A Very Brady Blog
A lot of happy favorites were showcased on the show, including all of the Brady kids, even the annoying cousin.
So, I thought about what the Brady Bunch represented. Being a Step-Father, I appreciated the blending that family did. The parents maintained equality regardless of who was who's biological child. Trying to balance the "my kids vs your kids" life can be trying, and is often one of the hardest things blended families do. They even debunked some myths of evil step mothers and the like. The show despite its cloying sweetness was really unique.
The parents slept together, made mistakes and corrected them and genuinely loved their children.
The kids had normal problems and generally showed a somewhat more normal suburban life then many other shows. The did stupid things. They got upset over trivial things. They were competitive and still defended each other.
It was completely devoid of politics, and social issues dealing only with a perfect suburbian vision of family issues, even if it was in a unrealistic and comedic way. Unrequited love, growing pains, jealousy and depression, all had their day there, but no Vietnam, no Watergate and certainly no drugs.
Now I grant that during its 5 year run, the show, which premiered in 1969, had some of the tackiest clothes and smarmiest plots around, but despite that it remains a syndication favorite. Translated to numerous foreign languages, and still shown daily today, it spawned music records, a TV variety show, a TV movie, a 35th anniversary reunion special, a cartoon series, 3 spoof movies, and more.
In a way, a lot of us grew up with them. They were hopelessly "square" and out of touch, but we loved them.
But then I thought about the 1995 movie they made. One of the plot factors was to keep the Brady family socially and mentally in the 70's while living in the 90's. Talk about being out of touch and wired.
But think about what would have had to happen to make the Brady family meet the 2000's. In order to sell that story today, the normal family would have to go away, as would the wise father, the submissive mother and the obedient children. The format would also have to be more serialized and multi-pathed.
Here is what I feel the plot would become:
Mike Brady- Dad is a stressed out Vietnam veteran, who occasionally suffers flashbacks. His career as a truck driver leaves him isolated and out of touch with his family. He is addicted to internet porn, and is secretly concealing his use of truck stop prostitutes. When he is home, he is hopelessly inept at solving problems. As Season one ends he finds out he has herpes.
Carol Brady- Mom is a breast cancer survivor, who left her first husband after years of physical abuse, and is chronically depressed and addicted to valium. Only the intervention of Alice gets her to counseling and rehab. By the end of season one, she is transformed to a confident woman who is planning to resurrect her college dreams of being a doctor. The season ends with her taking back her maiden name (Carol Tyler Brady) and registering at college.
Alice- Alice the housekeeper is now a lesbian, who has a steady lover named Samantha. The season ends with them launching a lawsuit to marry.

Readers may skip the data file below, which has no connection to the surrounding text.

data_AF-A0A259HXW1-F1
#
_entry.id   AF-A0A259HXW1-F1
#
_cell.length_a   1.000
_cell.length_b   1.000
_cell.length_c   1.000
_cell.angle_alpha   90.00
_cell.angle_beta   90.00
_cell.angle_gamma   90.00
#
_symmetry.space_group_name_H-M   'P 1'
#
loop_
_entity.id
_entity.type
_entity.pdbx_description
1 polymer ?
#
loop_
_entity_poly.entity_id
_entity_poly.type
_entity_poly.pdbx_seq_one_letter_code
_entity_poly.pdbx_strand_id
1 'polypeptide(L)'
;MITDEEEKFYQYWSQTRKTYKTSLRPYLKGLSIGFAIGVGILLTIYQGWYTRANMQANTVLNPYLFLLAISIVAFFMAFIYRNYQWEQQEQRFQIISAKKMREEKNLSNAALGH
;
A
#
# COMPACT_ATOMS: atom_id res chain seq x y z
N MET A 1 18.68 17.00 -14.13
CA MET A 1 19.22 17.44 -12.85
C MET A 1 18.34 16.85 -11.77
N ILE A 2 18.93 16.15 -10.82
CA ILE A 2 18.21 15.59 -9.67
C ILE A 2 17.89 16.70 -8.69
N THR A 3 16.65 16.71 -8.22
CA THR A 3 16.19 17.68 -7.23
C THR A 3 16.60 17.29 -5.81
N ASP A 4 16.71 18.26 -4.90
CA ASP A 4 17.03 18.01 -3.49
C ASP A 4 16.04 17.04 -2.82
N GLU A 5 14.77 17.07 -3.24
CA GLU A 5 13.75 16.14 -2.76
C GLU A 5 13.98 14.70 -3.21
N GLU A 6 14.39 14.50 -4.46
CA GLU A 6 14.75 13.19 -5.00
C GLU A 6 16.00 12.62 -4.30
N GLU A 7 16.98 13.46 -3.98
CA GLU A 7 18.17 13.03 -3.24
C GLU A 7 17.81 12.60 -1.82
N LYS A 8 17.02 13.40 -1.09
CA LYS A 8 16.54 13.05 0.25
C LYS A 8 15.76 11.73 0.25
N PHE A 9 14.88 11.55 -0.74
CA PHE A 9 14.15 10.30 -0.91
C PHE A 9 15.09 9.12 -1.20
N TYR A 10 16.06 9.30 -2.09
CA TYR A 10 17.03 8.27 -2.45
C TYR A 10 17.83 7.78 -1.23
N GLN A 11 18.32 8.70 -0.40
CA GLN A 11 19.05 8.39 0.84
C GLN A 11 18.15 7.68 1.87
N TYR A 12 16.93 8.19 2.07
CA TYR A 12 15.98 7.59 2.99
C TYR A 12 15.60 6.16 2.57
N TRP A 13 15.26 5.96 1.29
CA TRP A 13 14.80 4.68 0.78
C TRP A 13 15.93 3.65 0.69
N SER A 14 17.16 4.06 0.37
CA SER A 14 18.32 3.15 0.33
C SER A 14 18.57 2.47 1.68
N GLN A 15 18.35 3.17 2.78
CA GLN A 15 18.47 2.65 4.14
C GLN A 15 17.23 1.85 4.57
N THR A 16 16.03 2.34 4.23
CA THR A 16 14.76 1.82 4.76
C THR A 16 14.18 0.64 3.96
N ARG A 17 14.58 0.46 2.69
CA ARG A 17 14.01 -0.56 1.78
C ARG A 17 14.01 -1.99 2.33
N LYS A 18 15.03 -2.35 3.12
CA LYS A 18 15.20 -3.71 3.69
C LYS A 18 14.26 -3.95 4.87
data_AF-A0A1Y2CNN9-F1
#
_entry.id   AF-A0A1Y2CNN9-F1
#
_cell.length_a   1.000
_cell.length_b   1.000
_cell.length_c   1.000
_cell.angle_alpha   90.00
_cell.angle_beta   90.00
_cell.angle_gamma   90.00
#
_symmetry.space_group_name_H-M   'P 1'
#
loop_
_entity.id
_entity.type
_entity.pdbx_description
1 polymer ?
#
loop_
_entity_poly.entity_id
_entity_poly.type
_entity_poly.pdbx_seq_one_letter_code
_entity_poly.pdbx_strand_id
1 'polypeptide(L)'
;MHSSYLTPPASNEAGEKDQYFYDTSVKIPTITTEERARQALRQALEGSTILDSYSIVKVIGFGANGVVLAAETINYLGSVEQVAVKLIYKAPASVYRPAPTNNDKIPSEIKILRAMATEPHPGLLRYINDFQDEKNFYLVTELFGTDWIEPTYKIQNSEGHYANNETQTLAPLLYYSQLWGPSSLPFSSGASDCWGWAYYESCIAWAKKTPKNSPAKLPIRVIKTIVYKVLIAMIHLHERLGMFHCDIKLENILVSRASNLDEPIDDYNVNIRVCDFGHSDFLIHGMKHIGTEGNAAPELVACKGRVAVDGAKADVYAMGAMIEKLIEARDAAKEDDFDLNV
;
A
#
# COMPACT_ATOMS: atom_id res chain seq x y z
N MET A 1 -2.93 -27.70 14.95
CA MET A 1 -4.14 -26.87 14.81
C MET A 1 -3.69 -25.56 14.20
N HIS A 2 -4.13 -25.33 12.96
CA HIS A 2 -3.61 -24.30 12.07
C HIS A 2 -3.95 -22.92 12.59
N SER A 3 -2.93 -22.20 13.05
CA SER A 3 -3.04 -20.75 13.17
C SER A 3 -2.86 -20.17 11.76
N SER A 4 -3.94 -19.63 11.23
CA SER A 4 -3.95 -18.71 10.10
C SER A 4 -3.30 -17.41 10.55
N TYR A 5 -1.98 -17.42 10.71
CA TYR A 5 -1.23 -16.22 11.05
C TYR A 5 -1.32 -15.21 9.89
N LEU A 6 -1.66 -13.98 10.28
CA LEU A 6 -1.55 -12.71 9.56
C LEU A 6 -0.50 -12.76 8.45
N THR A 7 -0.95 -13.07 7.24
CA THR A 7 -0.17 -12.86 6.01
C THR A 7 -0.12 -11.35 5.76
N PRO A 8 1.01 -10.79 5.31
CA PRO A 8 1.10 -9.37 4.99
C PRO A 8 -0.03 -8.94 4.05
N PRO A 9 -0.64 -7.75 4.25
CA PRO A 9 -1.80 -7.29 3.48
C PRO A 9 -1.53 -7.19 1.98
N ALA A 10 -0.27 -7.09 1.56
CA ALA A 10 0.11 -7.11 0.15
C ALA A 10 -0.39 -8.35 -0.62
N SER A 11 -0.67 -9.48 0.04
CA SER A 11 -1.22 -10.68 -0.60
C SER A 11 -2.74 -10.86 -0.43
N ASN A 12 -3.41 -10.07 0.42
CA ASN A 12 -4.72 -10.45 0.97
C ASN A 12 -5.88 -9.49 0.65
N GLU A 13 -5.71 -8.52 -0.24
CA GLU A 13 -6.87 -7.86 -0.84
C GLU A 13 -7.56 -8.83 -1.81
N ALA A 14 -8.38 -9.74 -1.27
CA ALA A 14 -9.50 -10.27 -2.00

Greg- Greg is intelligent, good looking and successful, but secretly Greg is confused about his sexual identity, and finally comes out of the closet. The end of Season one has him revealing his identity to his football coach, a conservative Christian. The coach suspends him forcing Greg to contact the ACLU to file a discrimination suit.
Marcia- Marcia is a debutante; shallow and superficial, stuck up and self absorbed. She dates only rich boys, but makes a mistake in judgment and goes to party where she is date raped. The attacker is not prosecuted, being the son of a local politician. Discovering she is pregnant, the season ends with her driving to an abortion clinic with Alice.
Peter- Peter is the social rebel, goth, dark clothing, multiple face piercings and a tattoo of Ozzy Osborne. He fronts a garage band called Death by Cuisenart. He has dropped out of school, and run away 4 times. Discovering his crack addiction, Mike and Carol are planning on sending him to Brat Camp.
Jan- Jan is still jealous of Marcia but now it translates to an obsession with her looks and anorexia. Her dramatic weight loss is a cause for concern, but the family is in denial over the seriousness of her condition. The season ends with her overdosing on Cortislim.
Bobby- The youngest Brady boy is ADHD, and suffers behavioral problems. He is constantly attacked by the bullies at school. At season end, the school psychologist is calling the police, telling them of notes found that indicate Bobby is contemplating a Columbine attack.
Cindy- Cindy is a liberal activist. A total vegan, she refuses to dine with the family, citing her refusal to participate in murder at the dinner table. She is arrested in season one for bombing a meat packing plant, killing two guards and a janitor. The jury returns its verdict at the close of Season 1, for the cliffhanger.
Oh, and they would have to be multiracial.
Is this over the top? Sure I suppose so, but then again I look at how shows are written now, how families are presented and what kind of characters are there, and some of what I made up would likely need to be presented. The traditional family roles would be reversed, the children would have to be dysfunctional.
The Brady's represent more then a link to an era gone by, they are also a link to a television culture slowly slipping away: The culture of family.